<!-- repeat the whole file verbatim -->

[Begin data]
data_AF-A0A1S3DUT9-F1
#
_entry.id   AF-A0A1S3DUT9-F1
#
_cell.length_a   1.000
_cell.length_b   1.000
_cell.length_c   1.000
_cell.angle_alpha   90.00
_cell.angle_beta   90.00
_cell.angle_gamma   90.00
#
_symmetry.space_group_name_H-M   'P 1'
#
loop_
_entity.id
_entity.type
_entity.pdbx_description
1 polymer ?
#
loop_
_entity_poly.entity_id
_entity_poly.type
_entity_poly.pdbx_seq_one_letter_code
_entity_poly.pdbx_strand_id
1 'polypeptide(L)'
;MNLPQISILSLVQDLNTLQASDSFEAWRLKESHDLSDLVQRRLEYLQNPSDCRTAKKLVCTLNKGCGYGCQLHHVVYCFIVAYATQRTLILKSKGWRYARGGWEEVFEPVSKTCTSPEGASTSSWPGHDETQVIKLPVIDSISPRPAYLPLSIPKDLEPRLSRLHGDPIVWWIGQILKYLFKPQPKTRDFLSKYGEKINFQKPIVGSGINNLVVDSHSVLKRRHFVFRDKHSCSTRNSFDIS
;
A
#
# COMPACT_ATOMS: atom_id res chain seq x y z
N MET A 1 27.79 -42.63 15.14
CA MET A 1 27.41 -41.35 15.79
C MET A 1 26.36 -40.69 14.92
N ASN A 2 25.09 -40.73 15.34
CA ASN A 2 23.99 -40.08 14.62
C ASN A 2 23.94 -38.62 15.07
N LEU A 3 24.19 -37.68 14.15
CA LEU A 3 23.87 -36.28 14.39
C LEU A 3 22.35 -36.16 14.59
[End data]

data_AF-A0A1S3DUT9-F1
#
_entry.id   AF-A0A1S3DUT9-F1
#
_cell.length_a   1.000
_cell.length_b   1.000
_cell.length_c   1.000
_cell.angle_alpha   90.00
_cell.angle_beta   90.00
_cell.angle_gamma   90.00
#
_symmetry.space_group_name_H-M   'P 1'
#
loop_
_entity.id
_entity.type
_entity.pdbx_description
1 polymer ?
#
loop_
_entity_poly.entity_id
_entity_poly.type
_entity_poly.pdbx_seq_one_letter_code
_entity_poly.pdbx_strand_id
1 'polypeptide(L)'
;MNLPQISILSLVQDLNTLQASDSFEAWRLKESHDLSDLVQRRLEYLQNPSDCRTAKKLVCTLNKGCGYGCQLHHVVYCFIVAYATQRTLILKSKGWRYARGGWEEVFEPVSKTCTSPEGASTSSWPGHDETQVIKLPVIDSISPRPAYLPLSIPKDLEPRLSRLHGDPIVWWIGQILKYLFKPQPKTRDFLSKYGEKINFQKPIVGSGINNLVVDSHSVLKRRHFVFRDKHSCSTRNSFDIS
;
A
#
# COMPACT_ATOMS: atom_id res chain seq x y z
N MET A 1 27.79 -42.63 15.14
CA MET A 1 27.41 -41.35 15.79
C MET A 1 26.36 -40.69 14.92
N ASN A 2 25.09 -40.73 15.34
CA ASN A 2 23.99 -40.08 14.62
C ASN A 2 23.94 -38.62 15.07
N LEU A 3 24.19 -37.68 14.15
CA LEU A 3 23.87 -36.28 14.39
C LEU A 3 22.35 -36.16 14.59